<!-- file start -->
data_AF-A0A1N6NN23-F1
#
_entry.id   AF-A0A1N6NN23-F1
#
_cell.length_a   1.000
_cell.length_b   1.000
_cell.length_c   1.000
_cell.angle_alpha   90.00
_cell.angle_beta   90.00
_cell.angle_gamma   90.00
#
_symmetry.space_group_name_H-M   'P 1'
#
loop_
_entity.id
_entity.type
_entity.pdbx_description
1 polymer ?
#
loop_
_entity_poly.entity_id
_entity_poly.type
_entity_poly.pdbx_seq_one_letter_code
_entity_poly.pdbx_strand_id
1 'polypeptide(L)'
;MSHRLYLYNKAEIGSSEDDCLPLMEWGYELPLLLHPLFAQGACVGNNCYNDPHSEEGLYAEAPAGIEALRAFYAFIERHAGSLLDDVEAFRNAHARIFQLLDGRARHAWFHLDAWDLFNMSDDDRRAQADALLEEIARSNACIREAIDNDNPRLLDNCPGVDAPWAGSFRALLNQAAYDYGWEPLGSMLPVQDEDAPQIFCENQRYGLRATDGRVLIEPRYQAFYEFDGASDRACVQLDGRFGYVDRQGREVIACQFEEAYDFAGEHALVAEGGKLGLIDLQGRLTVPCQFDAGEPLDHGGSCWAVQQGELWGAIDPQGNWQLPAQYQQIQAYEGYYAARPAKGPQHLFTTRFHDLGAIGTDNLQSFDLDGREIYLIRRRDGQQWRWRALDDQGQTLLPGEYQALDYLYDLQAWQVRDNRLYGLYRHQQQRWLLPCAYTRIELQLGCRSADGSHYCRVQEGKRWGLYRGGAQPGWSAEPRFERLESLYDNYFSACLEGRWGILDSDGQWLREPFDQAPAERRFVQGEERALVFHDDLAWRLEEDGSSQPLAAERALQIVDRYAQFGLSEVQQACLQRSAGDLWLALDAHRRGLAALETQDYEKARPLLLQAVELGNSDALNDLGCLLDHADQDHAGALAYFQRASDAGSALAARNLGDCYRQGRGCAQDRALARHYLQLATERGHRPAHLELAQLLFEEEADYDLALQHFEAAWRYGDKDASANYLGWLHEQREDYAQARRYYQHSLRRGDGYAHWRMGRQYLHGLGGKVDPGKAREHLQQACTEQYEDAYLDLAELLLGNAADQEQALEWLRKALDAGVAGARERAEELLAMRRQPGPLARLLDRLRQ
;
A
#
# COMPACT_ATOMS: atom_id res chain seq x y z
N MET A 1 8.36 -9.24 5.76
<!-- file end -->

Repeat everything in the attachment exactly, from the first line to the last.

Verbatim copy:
data_AF-A0A1N6NN23-F1
#
_entry.id   AF-A0A1N6NN23-F1
#
_cell.length_a   1.000
_cell.length_b   1.000
_cell.length_c   1.000
_cell.angle_alpha   90.00
_cell.angle_beta   90.00
_cell.angle_gamma   90.00
#
_symmetry.space_group_name_H-M   'P 1'
#
loop_
_entity.id
_entity.type
_entity.pdbx_description
1 polymer ?
#
loop_
_entity_poly.entity_id
_entity_poly.type
_entity_poly.pdbx_seq_one_letter_code
_entity_poly.pdbx_strand_id
1 'polypeptide(L)'
;MSHRLYLYNKAEIGSSEDDCLPLMEWGYELPLLLHPLFAQGACVGNNCYNDPHSEEGLYAEAPAGIEALRAFYAFIERHAGSLLDDVEAFRNAHARIFQLLDGRARHAWFHLDAWDLFNMSDDDRRAQADALLEEIARSNACIREAIDNDNPRLLDNCPGVDAPWAGSFRALLNQAAYDYGWEPLGSMLPVQDEDAPQIFCENQRYGLRATDGRVLIEPRYQAFYEFDGASDRACVQLDGRFGYVDRQGREVIACQFEEAYDFAGEHALVAEGGKLGLIDLQGRLTVPCQFDAGEPLDHGGSCWAVQQGELWGAIDPQGNWQLPAQYQQIQAYEGYYAARPAKGPQHLFTTRFHDLGAIGTDNLQSFDLDGREIYLIRRRDGQQWRWRALDDQGQTLLPGEYQALDYLYDLQAWQVRDNRLYGLYRHQQQRWLLPCAYTRIELQLGCRSADGSHYCRVQEGKRWGLYRGGAQPGWSAEPRFERLESLYDNYFSACLEGRWGILDSDGQWLREPFDQAPAERRFVQGEERALVFHDDLAWRLEEDGSSQPLAAERALQIVDRYAQFGLSEVQQACLQRSAGDLWLALDAHRRGLAALETQDYEKARPLLLQAVELGNSDALNDLGCLLDHADQDHAGALAYFQRASDAGSALAARNLGDCYRQGRGCAQDRALARHYLQLATERGHRPAHLELAQLLFEEEADYDLALQHFEAAWRYGDKDASANYLGWLHEQREDYAQARRYYQHSLRRGDGYAHWRMGRQYLHGLGGKVDPGKAREHLQQACTEQYEDAYLDLAELLLGNAADQEQALEWLRKALDAGVAGARERAEELLAMRRQPGPLARLLDRLRQ
;
A
#
# COMPACT_ATOMS: atom_id res chain seq x y z
N MET A 1 8.36 -9.24 5.76